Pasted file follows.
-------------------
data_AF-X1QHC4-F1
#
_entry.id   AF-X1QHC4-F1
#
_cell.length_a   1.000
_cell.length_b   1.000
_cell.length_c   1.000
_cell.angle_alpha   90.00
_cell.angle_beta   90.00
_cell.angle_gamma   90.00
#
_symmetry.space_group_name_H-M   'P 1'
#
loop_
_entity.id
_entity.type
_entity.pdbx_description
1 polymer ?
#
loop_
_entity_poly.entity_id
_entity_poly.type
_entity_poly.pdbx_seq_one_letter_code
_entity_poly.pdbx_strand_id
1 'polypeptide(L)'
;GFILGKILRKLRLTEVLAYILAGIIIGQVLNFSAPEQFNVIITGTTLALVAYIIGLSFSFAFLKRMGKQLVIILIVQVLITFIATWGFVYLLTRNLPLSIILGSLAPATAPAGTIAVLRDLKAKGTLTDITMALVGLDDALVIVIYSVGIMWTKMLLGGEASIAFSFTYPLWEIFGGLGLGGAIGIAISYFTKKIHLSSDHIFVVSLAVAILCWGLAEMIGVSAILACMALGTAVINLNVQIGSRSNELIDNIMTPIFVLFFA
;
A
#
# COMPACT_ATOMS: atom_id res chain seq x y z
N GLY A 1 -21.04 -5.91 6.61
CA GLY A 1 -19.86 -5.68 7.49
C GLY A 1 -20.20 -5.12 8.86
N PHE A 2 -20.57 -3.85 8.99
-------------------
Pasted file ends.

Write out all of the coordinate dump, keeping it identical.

data_AF-X1QHC4-F1
#
_entry.id   AF-X1QHC4-F1
#
_cell.length_a   1.000
_cell.length_b   1.000
_cell.length_c   1.000
_cell.angle_alpha   90.00
_cell.angle_beta   90.00
_cell.angle_gamma   90.00
#
_symmetry.space_group_name_H-M   'P 1'
#
loop_
_entity.id
_entity.type
_entity.pdbx_description
1 polymer ?
#
loop_
_entity_poly.entity_id
_entity_poly.type
_entity_poly.pdbx_seq_one_letter_code
_entity_poly.pdbx_strand_id
1 'polypeptide(L)'
;GFILGKILRKLRLTEVLAYILAGIIIGQVLNFSAPEQFNVIITGTTLALVAYIIGLSFSFAFLKRMGKQLVIILIVQVLITFIATWGFVYLLTRNLPLSIILGSLAPATAPAGTIAVLRDLKAKGTLTDITMALVGLDDALVIVIYSVGIMWTKMLLGGEASIAFSFTYPLWEIFGGLGLGGAIGIAISYFTKKIHLSSDHIFVVSLAVAILCWGLAEMIGVSAILACMALGTAVINLNVQIGSRSNELIDNIMTPIFVLFFA
;
A
#
# COMPACT_ATOMS: atom_id res chain seq x y z
N GLY A 1 -21.04 -5.91 6.61
CA GLY A 1 -19.86 -5.68 7.49
C GLY A 1 -20.20 -5.12 8.86
N PHE A 2 -20.57 -3.85 8.99